Tuesday, January 24 @ 17:30 – 18:30

Tuesday, February 14 @ 17:30 – 18:30

Tuesday, March 15 @ 17:30 – 18:30

Tuesday, April 11 @ 17:30 – 18:30

Download outline. For more information please contact Subhanya Sivajothy: subhanya@gmail.com, or Aidan Gilchrist-Blackwood:  aidan.gilchrist-blackwood@mail.mcgill.ca

Are Texts Alive?

This reading group aims to stoke a radical imagination for our times of heightened environmental anxieties by de-centering ‘the human’ from texts. On one level, we are interested in engaging texts—especially short stories, poems, and new digital platforms—that reshuffle (or dissolve) agency and subjecthood out of the orbit of anthropocentrism and into messy, queer, speculative and decolonial subjectscapes of the nonhuman. We ask: how can different forms of textuality open up multiple, contradictory worlds of perception in which ends become islands sprouting possibilities of adaptation and multi-species co-habitation? On another level, we are curious to collectively explore how texts are alive through us – that is, how do we metabolise what we read into how we perceive, feel and live the world? How might exploring these two frames together lead us to think differently about whether or not texts are, in fact, alive? We will explore these questions, both textual and embodied, through a flexible reading list, featuring a short story, selection of poems or online game/film per fortnight, as well as by inviting participants to share poems they feel might be relevant.

Thursday, January 26 @ 16:00 – 18:00

Thursday, February 9 @ 16:00 – 18:00

Thursday, February 23 @ 16:00 – 18:00

Friday, March 10 @ 16:00 – 18:00

Thursday, March 23 @ 16:00 – 18:00

Thursday, April 6 @ 16:00 – 18:00

Download outline.For more information please contact Prof. Stephanie Posthumus in the Department of Languages, Literatures, Cultures: stephanie.posthumus@mcgill.ca, Fern Thompsett: fern.thompsett@mail.mcgill.ca, or Katarzyna Van Schaik: kasia.vanschaik@mail.mcgill.ca

Dark Ecology

Timothy Morton argues that one of the things that has been most damaged by modern society is thinking, and one of the most damaged ideas is that of Nature. Rather than seeing Nature as an object “over there,” Morton seeks to show the interconnectedness of things. In his recent book, Dark Ecology: For a Logic of Future Coexistence (2016), calls for us to give up the idea that “nature” is somehow “natural,” asking us to instead embrace the dark underbelly, and celebrate the “queerness” of nature. Through a close reading of the text, this group proposes to discuss these ideas of Nature, Man, and our damaged way of thinking.

Thursday, February 2 @ 15:00-16:00

Thursday, March 9 @ 15:00-16:00

Thursday, March 30 @ 15:00-16:00

Download outline. For more information please contact Rebecca Robinson in the Department of History and Classics: rebecca.robinson@mail.mcgill.ca

North-by-North Turkish Studies Reading Group (continued from Fall 2016)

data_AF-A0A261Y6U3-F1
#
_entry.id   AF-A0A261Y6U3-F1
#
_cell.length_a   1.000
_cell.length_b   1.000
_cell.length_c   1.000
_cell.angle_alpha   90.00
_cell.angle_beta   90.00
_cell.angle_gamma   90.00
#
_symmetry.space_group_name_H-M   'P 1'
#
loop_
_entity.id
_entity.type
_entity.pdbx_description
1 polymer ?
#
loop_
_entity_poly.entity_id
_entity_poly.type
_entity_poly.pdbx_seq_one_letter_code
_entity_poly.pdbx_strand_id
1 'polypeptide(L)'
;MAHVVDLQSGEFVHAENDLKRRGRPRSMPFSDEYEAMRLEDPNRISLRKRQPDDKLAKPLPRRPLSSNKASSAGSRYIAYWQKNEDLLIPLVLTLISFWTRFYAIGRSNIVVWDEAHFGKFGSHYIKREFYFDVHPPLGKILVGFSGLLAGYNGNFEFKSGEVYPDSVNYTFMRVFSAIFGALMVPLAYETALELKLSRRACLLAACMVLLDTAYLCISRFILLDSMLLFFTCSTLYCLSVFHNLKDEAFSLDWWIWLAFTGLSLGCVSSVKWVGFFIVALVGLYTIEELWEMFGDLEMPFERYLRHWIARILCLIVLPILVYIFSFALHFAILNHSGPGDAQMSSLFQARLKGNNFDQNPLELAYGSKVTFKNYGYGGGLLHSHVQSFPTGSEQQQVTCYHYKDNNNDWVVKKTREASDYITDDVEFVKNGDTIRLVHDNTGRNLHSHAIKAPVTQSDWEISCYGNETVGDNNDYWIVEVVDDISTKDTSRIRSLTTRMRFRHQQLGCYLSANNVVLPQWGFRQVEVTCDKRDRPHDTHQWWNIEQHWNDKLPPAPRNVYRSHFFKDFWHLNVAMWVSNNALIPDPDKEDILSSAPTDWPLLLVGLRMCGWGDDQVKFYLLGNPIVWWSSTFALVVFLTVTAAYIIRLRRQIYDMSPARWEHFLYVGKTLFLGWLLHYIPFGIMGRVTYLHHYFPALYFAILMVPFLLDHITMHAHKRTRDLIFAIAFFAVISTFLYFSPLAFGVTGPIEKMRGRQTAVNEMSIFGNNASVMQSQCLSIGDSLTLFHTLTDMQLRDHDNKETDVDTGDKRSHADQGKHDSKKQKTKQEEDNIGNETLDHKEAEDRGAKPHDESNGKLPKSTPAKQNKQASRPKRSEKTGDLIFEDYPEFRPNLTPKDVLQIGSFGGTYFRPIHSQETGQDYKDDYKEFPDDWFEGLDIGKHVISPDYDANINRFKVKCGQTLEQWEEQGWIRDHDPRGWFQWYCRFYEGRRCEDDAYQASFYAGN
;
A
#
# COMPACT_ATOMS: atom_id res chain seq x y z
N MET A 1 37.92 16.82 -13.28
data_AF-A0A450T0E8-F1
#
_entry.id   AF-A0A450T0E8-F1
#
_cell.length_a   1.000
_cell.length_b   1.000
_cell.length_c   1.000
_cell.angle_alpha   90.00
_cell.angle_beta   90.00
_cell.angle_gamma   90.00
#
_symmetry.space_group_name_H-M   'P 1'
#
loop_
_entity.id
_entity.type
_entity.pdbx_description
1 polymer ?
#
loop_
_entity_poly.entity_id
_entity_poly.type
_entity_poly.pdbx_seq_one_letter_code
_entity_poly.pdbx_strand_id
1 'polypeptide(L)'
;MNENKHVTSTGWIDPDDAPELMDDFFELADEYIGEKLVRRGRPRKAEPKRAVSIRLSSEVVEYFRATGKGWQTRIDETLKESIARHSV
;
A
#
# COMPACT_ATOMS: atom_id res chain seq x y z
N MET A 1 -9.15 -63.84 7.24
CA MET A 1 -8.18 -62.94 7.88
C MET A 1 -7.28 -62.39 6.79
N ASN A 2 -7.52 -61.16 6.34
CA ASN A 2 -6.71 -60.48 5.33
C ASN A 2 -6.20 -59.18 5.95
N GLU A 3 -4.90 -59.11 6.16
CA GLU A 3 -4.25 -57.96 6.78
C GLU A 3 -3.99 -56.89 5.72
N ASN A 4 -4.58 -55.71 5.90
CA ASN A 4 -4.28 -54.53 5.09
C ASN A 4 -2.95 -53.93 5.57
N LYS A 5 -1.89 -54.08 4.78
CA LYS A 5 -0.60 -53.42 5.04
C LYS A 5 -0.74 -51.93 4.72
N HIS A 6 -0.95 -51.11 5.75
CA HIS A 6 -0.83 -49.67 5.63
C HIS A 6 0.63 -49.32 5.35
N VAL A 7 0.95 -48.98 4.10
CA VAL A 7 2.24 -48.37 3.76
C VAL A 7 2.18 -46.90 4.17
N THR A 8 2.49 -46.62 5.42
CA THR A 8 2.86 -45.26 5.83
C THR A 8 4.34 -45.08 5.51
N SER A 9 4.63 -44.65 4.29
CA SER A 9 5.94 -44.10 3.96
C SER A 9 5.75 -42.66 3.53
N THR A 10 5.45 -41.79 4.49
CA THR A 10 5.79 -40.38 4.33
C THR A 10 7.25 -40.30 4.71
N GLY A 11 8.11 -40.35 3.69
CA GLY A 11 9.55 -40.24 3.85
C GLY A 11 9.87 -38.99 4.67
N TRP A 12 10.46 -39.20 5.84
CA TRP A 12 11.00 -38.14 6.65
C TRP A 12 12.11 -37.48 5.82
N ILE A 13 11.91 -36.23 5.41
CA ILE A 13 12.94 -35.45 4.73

The North-by-North Turkish Studies Reading Group will provide a space for critical, interdisciplinary discussion about contemporary Turkey. Over the course of the 2016-2017 academic year we will meet bimonthly. Each session will be devoted to discussion of a recent book on Turkey. Texts will range from works of academic scholarship, manuscripts in progress, recent translations of 20th-century Turkish literature into English, as well as long-form journalistic accounts of the country. Group leaders will help participants access copies of the texts and participants will be encouraged to try to read the whole text prior to the scheduled meetings. While the Institute of Islamic Studies at McGill is world renowned and there are numerous faculty and graduate students working on the Middle East in some capacity at the university, there are relatively few spaces where Montreal-based scholars, journalists, writers, and documentary film-makers working on contemporary Turkey can gather together in the city. Our group will provide a place on campus where people with both professional and personal interests in Turkey can gather and will also serve as bridge to connect McGill academics to people working on and interested in Turkey in Montreal more broadly. Given Turkey’s geopolitical importance and recent events in the country that have propelled it into daily headlines, the group this year is particularly topical. The group will also be able to build upon its work last year, when its meetings were sponsored in part by the Department of History and Classical Studies at McGill.

Friday, January 20, 2017 @ 14:00 – 16:00

Friday, March 17, 2017 @ 14:00 – 16:00 **IMPORTANT – the reading group will meet at Macdonald-Harrington Building, Room 206 (not the usual IPLAI location)

Friday, May 12, 2017 @ 14:00 – 16:00

Download outline. For more information contact Kate Elizabeth Creasey: kecreasey@ucla.edu;  Timur Hammond: Timur.Hammond@uvm.edu; and,  Ipek Tureli: ipek.tureli@mcgill.ca

Fall 2016  (see Calendar for specific dates)

  • Four Course Meal (Thursdays, 17h30-18h30, MISC)
  • North-by-North Turkish Studies Reading Group (Fridays, 14h00-16h00)
  • Rediscovering the Women Philosophers of Western Modernity (Wednesdays 14h45-16h15)
  • Registering Globalization: Reading South Asian Literature (Mondays 17h30-19h00)
  • Visual and Literary Encounters in the Middle East: Between Production and Distortion of Knowledge (Tuesdays 16h00)

Four Course Meal